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Twins Make Two…And Then There’s Sister Number Three

They all graduated from IU School of Nursing; they’ve stood up at each other’s weddings; they’ve been there for the births of their children; and they travel together on family vacations. These three sisters also work together at IU Health Simon Cancer Center.

Twins Jennifer Hilton and Janet Flynn, both 64, join younger sibling Jill Weisenbach, 58, caring for oncology patients. A brother, Jeff is 11 months older than the twins. All four siblings share the initials “J.R.”

Ask them how long they’ve been at IU Health and like sisters, they quibble about the dates, but between them agree that Hilton, a nurse coordinator, and Flynn, a research nurse, started in 1975, and Weisenbach started in 1982.

The twins were born in Ohio, to Robert and Shirley Dufek, both deceased. Robert was in the service at the time and shortly after they were born, they moved to Indianapolis.

“With three kids under a year old, they needed help so they moved back home where they could be closer to family,” said Flynn. Their mom retired from IU Health as a medical secretary.

“Everyone loved mom to pieces. She was a great cook and was always bringing homemade soups or fudge to work,” said Hilton. “She was also very artistic and was always crocheting or making flower arrangements. We never took after her in that way but we were always super close growing up. I know she’d be proud.”

Shirley Dufek loved dressing the two older sisters alike and taking them to twin events in various cities. The look-alike dressing continued until they were old enough to babysit and buy their own clothes.

“I got the hand-me-downs and there were two of everything,” said Weisenbach, who decided she wanted to become a nurse during an eighth grade health class. The twins can’t remember when they decided to pursue nursing but they also say they can’t remember wanting to do anything else.

“Our parents went through a divorce and our mom pretty much told us when we were in high school that she wanted us to do something where we could take care of ourselves,” said Flynn. “It’s a good thing she did because we’re all three divorced,” added Hilton.

 As students at IUPUI, Hilton and Flynn drove to campus together and shared the same classes.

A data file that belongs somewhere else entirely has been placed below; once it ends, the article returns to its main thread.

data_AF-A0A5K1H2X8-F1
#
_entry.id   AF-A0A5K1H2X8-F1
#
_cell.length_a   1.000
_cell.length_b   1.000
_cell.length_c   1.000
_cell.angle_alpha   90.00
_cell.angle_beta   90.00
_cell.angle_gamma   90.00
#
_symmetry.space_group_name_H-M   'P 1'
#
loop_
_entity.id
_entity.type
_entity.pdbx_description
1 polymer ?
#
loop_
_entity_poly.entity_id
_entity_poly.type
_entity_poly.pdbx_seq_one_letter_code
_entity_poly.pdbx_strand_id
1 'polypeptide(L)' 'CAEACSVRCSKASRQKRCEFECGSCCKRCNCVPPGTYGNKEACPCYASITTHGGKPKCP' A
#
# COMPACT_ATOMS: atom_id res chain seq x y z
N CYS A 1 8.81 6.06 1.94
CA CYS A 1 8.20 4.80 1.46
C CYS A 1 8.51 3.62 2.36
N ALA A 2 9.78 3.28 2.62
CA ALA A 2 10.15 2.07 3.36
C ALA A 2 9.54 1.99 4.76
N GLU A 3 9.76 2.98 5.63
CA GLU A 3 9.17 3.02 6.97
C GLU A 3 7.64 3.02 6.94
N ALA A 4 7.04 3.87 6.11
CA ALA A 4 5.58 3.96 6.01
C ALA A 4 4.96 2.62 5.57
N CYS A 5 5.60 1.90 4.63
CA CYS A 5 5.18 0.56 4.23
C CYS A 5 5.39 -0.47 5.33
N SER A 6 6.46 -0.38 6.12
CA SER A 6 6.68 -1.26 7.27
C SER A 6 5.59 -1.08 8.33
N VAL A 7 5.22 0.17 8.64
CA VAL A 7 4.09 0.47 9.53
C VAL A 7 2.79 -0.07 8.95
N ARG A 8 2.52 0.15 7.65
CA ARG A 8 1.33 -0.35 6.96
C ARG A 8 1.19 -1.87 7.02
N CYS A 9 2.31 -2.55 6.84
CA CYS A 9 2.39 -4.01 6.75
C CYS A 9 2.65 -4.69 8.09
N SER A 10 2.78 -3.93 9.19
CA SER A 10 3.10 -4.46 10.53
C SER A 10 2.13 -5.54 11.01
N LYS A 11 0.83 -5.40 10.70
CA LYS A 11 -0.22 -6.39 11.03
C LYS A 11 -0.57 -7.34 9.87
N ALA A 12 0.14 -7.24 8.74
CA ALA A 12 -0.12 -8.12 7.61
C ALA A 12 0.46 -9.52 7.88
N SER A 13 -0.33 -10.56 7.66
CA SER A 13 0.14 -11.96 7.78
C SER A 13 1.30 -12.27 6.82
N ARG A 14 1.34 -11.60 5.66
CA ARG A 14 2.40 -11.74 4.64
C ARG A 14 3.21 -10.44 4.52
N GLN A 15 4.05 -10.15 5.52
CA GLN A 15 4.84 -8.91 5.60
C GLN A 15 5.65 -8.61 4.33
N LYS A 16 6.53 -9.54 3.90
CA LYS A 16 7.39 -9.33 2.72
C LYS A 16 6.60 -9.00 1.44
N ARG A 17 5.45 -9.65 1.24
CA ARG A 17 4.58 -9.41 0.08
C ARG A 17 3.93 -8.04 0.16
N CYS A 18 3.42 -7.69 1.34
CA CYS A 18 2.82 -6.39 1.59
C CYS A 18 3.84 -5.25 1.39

“We were so equal. One wasn’t any better than the other in a subject. We just stuck together,” said Hilton. And there are other commonalities.

Weisenbach is a lung cancer survivor. All three women were former smokers who kicked the habit. They spent childhood vacations at Indiana Beach and continue the tradition with their extended families. Hilton and Flynn both have one child, three months and 21 days apart. They both have one grandchild. Weisenbach has two daughters ages 22 and 25. 

The twins, who live a mile apart, enjoy line dancing lessons and exercising together at the gym. When they dine at their favorite Vietnamese restaurant the server looks at them both and says: “#92 with diet drinks?”

“We once went car shopping together and of course we argue a lot,” said Hilton, laughing. “We both wanted light blue VW Beetle convertibles and neither one of us would change our minds so we both left the lot with light blue VW Beetle convertibles.”

On several occasions, the identical twins have participated in genetic studies at IU Health and have also joined in fundraising events for cancer.

“I tell people if they see someone who looks like me, then it’s probably my sister,” said Flynn. More than once, a patient has accused her of changing her look in a single day. She laughs and says, “I have a twin and then . . . there’s sister Number three.”

-- By T.J. Banes, Associate Senior Journalist at IU Health.
   Reach Banes via email at
 T.J. Banes or on Twitter @tjbanes.


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